Tuesday, 1 December 2015
Book Review: Magic in the Mountain, by Nimi Kurian
It’s a long while since I read a book essentially meant for children. A children’s book need not be about children, but Magic in the Mountain is, which would normally make it all the more unsuitable for an adult. Nevertheless, since I’ve followed Nimi Kurian’s writings in the Hindu for a while now, when I heard that her first novel has been published, I couldn’t resist buying Magic in the Mountain’s kindle edition, even though, as I just said, it is not really meant for those above the age of fourteen.
Nimi takes us to Coonoor, a little hill town nestled in the Nilgiri mountains. We meet two young kids, Priya and Pradeep, in tragic circumstances – their parents have been killed in a road accident. Aunt Sheila, their mother’s sister, is kindness personified and whisks the kids off to Coonoor where she lives. Coonoor is a magical place on its own but when Priya and Pradeep meet special characters such as Kitty the kitten and Sanjana Banerjee who is forever knitting, it takes on a special aura.
Magic in the Mountain reminded me of Enid Blyton’s Famous Five until Nikhil put in an appearance and then I was reminded of Blyton’s Barney Series. The two kids go exploring on bikes and because Nikhil doesn’t have one, he helps himself to Mr. Swaminathan’s bicyle without his permission. I’ll not disclose any more here, rather, I’ll will leave it to you to read this book for yourself and find out.
Nimi’s Coonoor has remnants of the 70s – it has Imperial Stores and Babu Tailors. However, environmental degradation has done much damage to the hills and Priya and Pradeep can only look on helplessly. Into this setting arrives a big, bad mystery, personified by Mrs. Manju Sinha, aka Madam Ladida, who knows a bit of magic and has two assistants in the form of a red blanket which can fly and a snake which doubles up as a butler. Alok, the evil Scientist, called Upset by his former classmates, is Madam Ladida’s main ally, until things change towards the end.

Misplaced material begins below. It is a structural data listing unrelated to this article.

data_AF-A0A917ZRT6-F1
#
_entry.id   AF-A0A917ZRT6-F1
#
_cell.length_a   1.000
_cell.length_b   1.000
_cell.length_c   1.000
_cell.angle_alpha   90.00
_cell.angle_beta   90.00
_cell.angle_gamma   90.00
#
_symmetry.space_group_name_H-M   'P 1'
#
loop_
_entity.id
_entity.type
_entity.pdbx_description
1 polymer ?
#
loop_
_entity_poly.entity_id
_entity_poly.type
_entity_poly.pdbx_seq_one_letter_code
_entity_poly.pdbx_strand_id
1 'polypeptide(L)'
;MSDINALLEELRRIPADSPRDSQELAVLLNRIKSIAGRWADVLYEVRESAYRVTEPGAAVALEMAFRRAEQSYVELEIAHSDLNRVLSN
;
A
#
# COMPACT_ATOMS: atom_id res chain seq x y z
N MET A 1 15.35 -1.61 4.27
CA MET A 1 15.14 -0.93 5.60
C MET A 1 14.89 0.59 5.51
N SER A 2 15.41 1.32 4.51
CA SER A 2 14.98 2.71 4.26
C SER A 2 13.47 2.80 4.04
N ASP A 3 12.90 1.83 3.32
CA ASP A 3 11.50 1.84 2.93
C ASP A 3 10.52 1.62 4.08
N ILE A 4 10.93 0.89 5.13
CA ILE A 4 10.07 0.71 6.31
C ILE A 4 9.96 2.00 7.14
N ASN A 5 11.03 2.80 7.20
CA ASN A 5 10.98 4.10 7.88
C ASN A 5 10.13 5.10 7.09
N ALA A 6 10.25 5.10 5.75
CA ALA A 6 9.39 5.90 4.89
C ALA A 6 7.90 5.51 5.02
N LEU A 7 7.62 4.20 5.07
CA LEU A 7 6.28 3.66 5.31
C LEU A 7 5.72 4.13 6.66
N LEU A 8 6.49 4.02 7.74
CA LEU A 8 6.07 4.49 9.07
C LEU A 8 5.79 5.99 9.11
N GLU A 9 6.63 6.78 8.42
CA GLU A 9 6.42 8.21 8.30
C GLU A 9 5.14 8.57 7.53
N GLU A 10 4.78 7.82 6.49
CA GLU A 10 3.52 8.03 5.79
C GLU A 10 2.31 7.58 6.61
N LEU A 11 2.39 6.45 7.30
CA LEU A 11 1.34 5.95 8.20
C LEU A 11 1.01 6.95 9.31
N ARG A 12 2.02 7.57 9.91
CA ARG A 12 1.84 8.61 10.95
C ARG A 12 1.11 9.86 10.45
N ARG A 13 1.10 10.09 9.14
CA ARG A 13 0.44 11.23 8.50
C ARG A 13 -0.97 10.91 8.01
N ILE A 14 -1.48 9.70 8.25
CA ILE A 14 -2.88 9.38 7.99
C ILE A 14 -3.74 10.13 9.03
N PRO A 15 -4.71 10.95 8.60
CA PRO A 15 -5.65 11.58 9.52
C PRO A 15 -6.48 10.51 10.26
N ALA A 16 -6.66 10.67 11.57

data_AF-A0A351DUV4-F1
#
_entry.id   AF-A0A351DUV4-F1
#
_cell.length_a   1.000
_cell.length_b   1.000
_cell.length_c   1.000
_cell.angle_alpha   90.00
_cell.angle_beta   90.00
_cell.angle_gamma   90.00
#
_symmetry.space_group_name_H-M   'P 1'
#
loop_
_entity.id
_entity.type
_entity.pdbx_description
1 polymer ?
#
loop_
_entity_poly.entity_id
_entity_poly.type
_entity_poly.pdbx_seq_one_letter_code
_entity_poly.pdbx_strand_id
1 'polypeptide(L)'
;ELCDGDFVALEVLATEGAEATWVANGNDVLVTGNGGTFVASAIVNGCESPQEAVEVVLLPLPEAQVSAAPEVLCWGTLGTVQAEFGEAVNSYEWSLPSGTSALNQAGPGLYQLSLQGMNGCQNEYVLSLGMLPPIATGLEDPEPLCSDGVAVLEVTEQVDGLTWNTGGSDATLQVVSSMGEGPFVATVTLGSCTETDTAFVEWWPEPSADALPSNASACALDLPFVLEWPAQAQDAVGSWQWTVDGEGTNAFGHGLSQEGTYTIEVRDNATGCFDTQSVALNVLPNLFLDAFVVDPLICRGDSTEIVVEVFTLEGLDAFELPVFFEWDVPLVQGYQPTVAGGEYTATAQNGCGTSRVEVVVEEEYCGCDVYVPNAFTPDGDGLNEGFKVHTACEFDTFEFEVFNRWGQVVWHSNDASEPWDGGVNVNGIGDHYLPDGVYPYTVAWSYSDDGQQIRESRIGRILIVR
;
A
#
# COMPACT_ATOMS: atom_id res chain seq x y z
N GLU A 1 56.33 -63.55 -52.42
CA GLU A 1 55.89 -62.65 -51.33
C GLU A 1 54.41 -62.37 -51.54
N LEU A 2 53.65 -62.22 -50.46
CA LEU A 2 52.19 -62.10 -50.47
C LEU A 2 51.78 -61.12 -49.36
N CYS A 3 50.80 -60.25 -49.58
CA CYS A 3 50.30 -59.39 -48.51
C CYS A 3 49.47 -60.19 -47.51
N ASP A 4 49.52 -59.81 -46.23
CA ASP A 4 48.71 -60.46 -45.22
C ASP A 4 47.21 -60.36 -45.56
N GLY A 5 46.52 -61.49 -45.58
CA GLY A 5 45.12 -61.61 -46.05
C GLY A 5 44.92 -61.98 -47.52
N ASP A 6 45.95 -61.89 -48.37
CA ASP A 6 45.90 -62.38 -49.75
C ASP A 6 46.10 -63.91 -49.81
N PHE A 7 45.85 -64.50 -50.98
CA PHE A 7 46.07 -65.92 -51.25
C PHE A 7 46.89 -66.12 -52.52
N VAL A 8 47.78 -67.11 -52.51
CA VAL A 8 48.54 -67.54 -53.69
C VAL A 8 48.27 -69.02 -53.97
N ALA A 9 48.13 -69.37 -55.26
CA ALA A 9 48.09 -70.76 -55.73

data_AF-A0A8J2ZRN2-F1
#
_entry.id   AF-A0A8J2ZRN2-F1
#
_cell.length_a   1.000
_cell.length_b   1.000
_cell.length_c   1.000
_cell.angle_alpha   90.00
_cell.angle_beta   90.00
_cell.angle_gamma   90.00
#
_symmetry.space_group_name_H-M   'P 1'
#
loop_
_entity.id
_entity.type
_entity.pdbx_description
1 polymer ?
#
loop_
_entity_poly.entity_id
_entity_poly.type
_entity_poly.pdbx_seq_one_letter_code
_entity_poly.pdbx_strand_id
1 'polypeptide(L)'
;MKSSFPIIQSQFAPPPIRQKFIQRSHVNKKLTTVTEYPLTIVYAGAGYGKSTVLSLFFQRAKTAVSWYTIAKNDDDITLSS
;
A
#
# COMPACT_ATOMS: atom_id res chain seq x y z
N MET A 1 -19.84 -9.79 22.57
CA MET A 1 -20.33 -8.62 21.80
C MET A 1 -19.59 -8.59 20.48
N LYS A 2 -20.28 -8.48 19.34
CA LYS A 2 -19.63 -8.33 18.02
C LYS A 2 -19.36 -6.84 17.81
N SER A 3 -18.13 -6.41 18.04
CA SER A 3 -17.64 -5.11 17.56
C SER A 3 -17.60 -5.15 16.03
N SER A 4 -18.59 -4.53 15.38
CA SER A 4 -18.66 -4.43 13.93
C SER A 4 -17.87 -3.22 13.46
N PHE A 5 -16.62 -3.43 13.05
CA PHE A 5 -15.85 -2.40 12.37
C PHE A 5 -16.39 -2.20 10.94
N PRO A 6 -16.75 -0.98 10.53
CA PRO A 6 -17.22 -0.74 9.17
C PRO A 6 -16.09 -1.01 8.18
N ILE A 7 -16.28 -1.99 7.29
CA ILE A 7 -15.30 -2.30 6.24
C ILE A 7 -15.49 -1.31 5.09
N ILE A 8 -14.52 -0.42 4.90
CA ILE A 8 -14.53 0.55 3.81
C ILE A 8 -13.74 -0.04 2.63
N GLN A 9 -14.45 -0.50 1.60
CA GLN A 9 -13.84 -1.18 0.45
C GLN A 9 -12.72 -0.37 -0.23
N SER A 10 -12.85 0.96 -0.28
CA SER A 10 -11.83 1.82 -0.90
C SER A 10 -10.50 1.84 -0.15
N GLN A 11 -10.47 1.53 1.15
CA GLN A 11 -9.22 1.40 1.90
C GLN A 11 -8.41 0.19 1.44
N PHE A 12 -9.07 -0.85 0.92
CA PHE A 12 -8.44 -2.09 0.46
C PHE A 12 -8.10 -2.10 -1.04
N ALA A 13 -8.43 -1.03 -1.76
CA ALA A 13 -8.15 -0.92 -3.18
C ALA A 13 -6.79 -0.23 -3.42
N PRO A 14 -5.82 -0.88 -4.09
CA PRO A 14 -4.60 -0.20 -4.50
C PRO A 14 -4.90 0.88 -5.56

The kids land up in all sorts of troubles and their poor aunt is also dragged in. However, they have some sensible allies such as Professor Varadhachari, Subbiah, the park superintendent and Mr. Swamination, the proprietor of Imperial Stores. I do not want to say any more and give away the plot, save that it revolves around damage to the environment, a subject which is of interest to everyone in these days of climate change and its devastating consequences.
Nimi’s language is limpid as the tale unwinds with decent speed. I’m sure kids will love Magic in the Mountain and many an adult too!